Burrow, James Angel: Born Sept. 3, 1860, at Elizabethton, Tenn. Son of James A. and Elizabeth Ann Burrow. The family moved to Bristol when he was a boy and he grew up there. He was educated in the city schools, and in King College. He was a student in Vanderbilt University. Converted when twenty years old. He had planned to study law, but now he turned his entire thought to preaching. He was admitted to Holston Conference in 1885. Two years at Cherry Street, Chattanooga, and four years at Athens showed the promise of an unusual man. He was unusual in appearance. Although now thirty years old he became known as "the boy preacher." He looked like a boy when well past middle life; and his high-pitched voice emphasized the illusion. His voice was an octave higher than other men's voices; but was peculiarly clear and mellow and carried so as to reach the utmost limit of any of the churches. His thought was also clear and his utterance fluent, but unhurried. He was an eloquent and effective preacher throughout the entire reach of his life. He was also a popular writer. For many years he was the editor of the Conference paper and wrote many articles for the church press. After several successful pastorates he served with eminent success as presiding elder. His alma mater conferred upon him the degree of Doctor of Divinity. He was seven times chosen as a delegate to the General Conference, and was one of the secretaries of that body for many years. He was elected Secretary of Holston Conference in 1893 and was continued in that office for forty-one years. So genial and sincere in his relations in social life that it may truly be said that he had a genius for friendship. He married, in middle life, Miss Mary Prosser of Missouri. He finished a four-year term of the Bluefield District in 1833, just after he passed his seventy-third birthday. His friends had seen that his strength was declining, but he was loath to give up active work. He did, however, ask the superannuate relation, which was granted him. A month later he was on his way to attend a meeting of the Board of Holston Orphanage of which he had been President since its organization. At Knoxville he fell in the bus station and broke his hip. The shock was too great and he lingered for only eight days. He died Nov. 2, 1933, in Fort Sanders Hospital, Knoxville. He was buried at Bristol, Va.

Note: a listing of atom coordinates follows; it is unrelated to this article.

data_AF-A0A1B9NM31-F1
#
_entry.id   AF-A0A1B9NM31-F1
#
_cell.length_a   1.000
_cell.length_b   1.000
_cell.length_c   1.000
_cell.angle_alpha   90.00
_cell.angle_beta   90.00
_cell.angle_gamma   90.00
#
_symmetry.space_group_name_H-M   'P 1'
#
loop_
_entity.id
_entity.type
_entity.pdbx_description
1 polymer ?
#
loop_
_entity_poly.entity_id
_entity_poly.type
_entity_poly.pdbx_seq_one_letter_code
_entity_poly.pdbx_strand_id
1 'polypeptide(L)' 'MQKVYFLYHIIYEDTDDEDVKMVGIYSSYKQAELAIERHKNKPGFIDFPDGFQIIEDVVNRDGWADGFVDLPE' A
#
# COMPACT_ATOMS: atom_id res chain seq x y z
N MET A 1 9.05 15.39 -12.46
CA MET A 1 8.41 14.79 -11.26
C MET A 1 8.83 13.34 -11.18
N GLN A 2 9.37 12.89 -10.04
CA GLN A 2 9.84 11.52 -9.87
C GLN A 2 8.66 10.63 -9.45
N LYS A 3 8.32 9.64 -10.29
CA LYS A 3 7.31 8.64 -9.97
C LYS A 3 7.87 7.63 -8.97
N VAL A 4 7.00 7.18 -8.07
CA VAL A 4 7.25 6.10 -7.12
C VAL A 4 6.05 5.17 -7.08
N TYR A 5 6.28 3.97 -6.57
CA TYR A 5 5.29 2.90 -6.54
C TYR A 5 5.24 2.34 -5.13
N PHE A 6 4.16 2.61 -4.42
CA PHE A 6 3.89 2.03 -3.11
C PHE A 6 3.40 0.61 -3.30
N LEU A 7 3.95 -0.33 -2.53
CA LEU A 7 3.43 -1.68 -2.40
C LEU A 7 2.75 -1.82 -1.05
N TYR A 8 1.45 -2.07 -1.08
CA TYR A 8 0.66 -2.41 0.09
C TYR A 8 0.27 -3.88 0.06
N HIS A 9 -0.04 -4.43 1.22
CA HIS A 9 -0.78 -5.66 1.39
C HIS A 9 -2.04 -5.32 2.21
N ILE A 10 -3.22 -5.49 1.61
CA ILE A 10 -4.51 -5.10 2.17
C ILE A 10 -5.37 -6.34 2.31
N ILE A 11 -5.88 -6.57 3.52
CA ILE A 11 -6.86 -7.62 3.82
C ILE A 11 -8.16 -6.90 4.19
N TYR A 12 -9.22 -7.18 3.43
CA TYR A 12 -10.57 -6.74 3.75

Butcher, Milton J.: Born June 21, 1873, in Lee County, Va. Education neglected until after his conversion at twenty years of age. He then bent all his energies to secure an education, and entered Hiwassee College in 1889, continuing there for three years. Later took one year in St. Clair Academy and a year at Emory and Henry College. Licensed to preach Sept. 1, 1894. Admitted 1896. Was effective and active for fourteen years. Married March 25, 1897, Miss Lula Dawn Charles. His health had been declining for several years, but he kept resolutely at his work. Died, while serving Greeneville charge, Aug. 22, 1910, at his own home in Hawkins County. Buried at Surgoinsville, Tenn.

Buxton, John: In Holston 1797.

Byerly, W. R.: Born July 12, 1856, in Washington County, Tenn. He was admitted in 1881. He served eighteen charges in forty-three years. "He was always cheerful and happy in his work, enthusiastic and untiring in his labors." He married Miss Sallie Bayless, May 13, 1886. They had five children. He was ill for only a short time. He died at his home in Baileyton, Tenn., on Feb. 21, 1924, and was buried there.

Byrd, Samuel K.: Born Sept. 27, 1854, near Spring Valley, Grayson County, Va. Educated in public school and Independence High School. Taught seven years in Grayson County. Admitted 1884. In 36 years of active work he served 12 charges, some of which were among the hardest in the Conference. He was a diligent pastor and evangelist. Thousands of souls were saved under his preaching. He not infrequently would rise early and slip out from the home of his host for the purpose of having breakfast with a tenant. "He had a peculiar affection for all the children of God's family, regardless of denomination." He was married twice: (1) In 1877, to Miss Sallie Ward, Grayson County, Va.; they had one son; she died in 1894; (2) Mrs. Nora Newland Hart; they had seven children. Rev. Joseph Byrd, a son, entered Holston Conference. Superannuated 1920. Died June 18, 1923, at Kingsport. Buried at Salem Church, near Kingsport.

Cadle, Alfred G.: Born 1851. Admitted 1886. He served fourteen charges and was three years supernumerary. He was superannuated in 1908. He died in 1919. He was buried at Middlesboro, Ky.